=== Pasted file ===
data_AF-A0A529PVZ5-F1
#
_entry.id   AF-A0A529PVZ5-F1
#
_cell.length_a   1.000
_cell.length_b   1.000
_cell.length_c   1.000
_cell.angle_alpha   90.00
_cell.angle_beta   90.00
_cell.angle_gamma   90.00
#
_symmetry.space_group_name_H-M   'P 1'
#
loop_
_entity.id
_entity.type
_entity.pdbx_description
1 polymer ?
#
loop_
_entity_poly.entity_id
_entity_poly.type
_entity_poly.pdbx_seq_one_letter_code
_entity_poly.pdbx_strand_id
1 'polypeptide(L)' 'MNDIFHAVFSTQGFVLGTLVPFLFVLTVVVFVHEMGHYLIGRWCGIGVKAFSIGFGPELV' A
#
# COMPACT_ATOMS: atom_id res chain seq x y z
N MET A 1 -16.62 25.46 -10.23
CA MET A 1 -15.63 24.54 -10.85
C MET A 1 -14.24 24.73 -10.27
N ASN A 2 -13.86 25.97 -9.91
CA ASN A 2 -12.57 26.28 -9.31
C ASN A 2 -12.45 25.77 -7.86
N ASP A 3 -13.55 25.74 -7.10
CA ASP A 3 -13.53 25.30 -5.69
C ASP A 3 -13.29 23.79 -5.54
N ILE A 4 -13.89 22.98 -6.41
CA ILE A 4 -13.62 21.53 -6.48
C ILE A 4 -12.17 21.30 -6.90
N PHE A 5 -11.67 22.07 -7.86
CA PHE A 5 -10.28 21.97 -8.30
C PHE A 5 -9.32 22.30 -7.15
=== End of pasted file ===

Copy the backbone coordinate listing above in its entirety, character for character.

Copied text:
data_AF-A0A529PVZ5-F1
#
_entry.id   AF-A0A529PVZ5-F1
#
_cell.length_a   1.000
_cell.length_b   1.000
_cell.length_c   1.000
_cell.angle_alpha   90.00
_cell.angle_beta   90.00
_cell.angle_gamma   90.00
#
_symmetry.space_group_name_H-M   'P 1'
#
loop_
_entity.id
_entity.type
_entity.pdbx_description
1 polymer ?
#
loop_
_entity_poly.entity_id
_entity_poly.type
_entity_poly.pdbx_seq_one_letter_code
_entity_poly.pdbx_strand_id
1 'polypeptide(L)' 'MNDIFHAVFSTQGFVLGTLVPFLFVLTVVVFVHEMGHYLIGRWCGIGVKAFSIGFGPELV' A
#
# COMPACT_ATOMS: atom_id res chain seq x y z
N MET A 1 -16.62 25.46 -10.23
CA MET A 1 -15.63 24.54 -10.85
C MET A 1 -14.24 24.73 -10.27
N ASN A 2 -13.86 25.97 -9.91
CA ASN A 2 -12.57 26.28 -9.31
C ASN A 2 -12.45 25.77 -7.86
N ASP A 3 -13.55 25.74 -7.10
CA ASP A 3 -13.53 25.30 -5.69
C ASP A 3 -13.29 23.79 -5.54
N ILE A 4 -13.89 22.98 -6.41
CA ILE A 4 -13.62 21.53 -6.48
C ILE A 4 -12.17 21.30 -6.90
N PHE A 5 -11.67 22.07 -7.86
CA PHE A 5 -10.28 21.97 -8.30
C PHE A 5 -9.32 22.30 -7.15